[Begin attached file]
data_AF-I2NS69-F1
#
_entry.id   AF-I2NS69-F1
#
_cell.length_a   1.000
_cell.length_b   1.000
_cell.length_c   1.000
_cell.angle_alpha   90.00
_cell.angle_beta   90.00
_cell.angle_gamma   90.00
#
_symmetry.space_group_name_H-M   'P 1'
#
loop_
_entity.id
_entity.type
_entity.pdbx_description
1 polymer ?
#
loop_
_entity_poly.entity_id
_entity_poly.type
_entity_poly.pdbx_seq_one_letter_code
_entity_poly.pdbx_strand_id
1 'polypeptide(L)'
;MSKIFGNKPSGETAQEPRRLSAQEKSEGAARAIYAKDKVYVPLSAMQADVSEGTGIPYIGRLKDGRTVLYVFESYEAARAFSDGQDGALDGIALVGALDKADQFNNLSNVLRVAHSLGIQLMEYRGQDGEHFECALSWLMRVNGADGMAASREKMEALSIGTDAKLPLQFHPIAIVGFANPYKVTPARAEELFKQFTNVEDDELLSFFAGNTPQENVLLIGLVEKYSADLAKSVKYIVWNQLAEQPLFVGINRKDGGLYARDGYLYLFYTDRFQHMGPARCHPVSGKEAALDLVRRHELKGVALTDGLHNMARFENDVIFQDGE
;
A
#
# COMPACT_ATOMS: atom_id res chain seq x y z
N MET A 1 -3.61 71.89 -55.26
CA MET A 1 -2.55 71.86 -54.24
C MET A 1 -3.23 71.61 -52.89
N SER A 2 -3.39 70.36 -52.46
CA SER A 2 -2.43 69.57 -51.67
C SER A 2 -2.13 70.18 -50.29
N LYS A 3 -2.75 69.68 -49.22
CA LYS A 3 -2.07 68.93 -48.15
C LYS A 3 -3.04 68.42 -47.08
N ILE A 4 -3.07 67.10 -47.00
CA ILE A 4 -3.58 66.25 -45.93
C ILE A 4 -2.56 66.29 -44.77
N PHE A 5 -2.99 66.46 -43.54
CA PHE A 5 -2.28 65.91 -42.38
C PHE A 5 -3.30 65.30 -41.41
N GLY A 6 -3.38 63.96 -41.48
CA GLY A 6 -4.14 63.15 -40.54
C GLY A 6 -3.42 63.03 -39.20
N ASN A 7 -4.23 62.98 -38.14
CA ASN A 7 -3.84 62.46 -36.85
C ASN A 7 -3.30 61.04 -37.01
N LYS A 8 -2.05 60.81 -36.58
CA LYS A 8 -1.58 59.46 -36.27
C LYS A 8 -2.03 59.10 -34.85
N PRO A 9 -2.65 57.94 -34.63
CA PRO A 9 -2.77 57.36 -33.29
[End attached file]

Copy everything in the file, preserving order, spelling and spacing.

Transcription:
data_AF-I2NS69-F1
#
_entry.id   AF-I2NS69-F1
#
_cell.length_a   1.000
_cell.length_b   1.000
_cell.length_c   1.000
_cell.angle_alpha   90.00
_cell.angle_beta   90.00
_cell.angle_gamma   90.00
#
_symmetry.space_group_name_H-M   'P 1'
#
loop_
_entity.id
_entity.type
_entity.pdbx_description
1 polymer ?
#
loop_
_entity_poly.entity_id
_entity_poly.type
_entity_poly.pdbx_seq_one_letter_code
_entity_poly.pdbx_strand_id
1 'polypeptide(L)'
;MSKIFGNKPSGETAQEPRRLSAQEKSEGAARAIYAKDKVYVPLSAMQADVSEGTGIPYIGRLKDGRTVLYVFESYEAARAFSDGQDGALDGIALVGALDKADQFNNLSNVLRVAHSLGIQLMEYRGQDGEHFECALSWLMRVNGADGMAASREKMEALSIGTDAKLPLQFHPIAIVGFANPYKVTPARAEELFKQFTNVEDDELLSFFAGNTPQENVLLIGLVEKYSADLAKSVKYIVWNQLAEQPLFVGINRKDGGLYARDGYLYLFYTDRFQHMGPARCHPVSGKEAALDLVRRHELKGVALTDGLHNMARFENDVIFQDGE
;
A
#
# COMPACT_ATOMS: atom_id res chain seq x y z
N MET A 1 -3.61 71.89 -55.26
CA MET A 1 -2.55 71.86 -54.24
C MET A 1 -3.23 71.61 -52.89
N SER A 2 -3.39 70.36 -52.46
CA SER A 2 -2.43 69.57 -51.67
C SER A 2 -2.13 70.18 -50.29
N LYS A 3 -2.75 69.68 -49.22
CA LYS A 3 -2.07 68.93 -48.15
C LYS A 3 -3.04 68.42 -47.08
N ILE A 4 -3.07 67.10 -47.00
CA ILE A 4 -3.58 66.25 -45.93
C ILE A 4 -2.56 66.29 -44.77
N PHE A 5 -2.99 66.46 -43.54
CA PHE A 5 -2.28 65.91 -42.38
C PHE A 5 -3.30 65.30 -41.41
N GLY A 6 -3.38 63.96 -41.48
CA GLY A 6 -4.14 63.15 -40.54
C GLY A 6 -3.42 63.03 -39.20
N ASN A 7 -4.23 62.98 -38.14
CA ASN A 7 -3.84 62.46 -36.85
C ASN A 7 -3.30 61.04 -37.01
N LYS A 8 -2.05 60.81 -36.58
CA LYS A 8 -1.58 59.46 -36.27
C LYS A 8 -2.03 59.10 -34.85
N PRO A 9 -2.65 57.94 -34.63
CA PRO A 9 -2.77 57.36 -33.29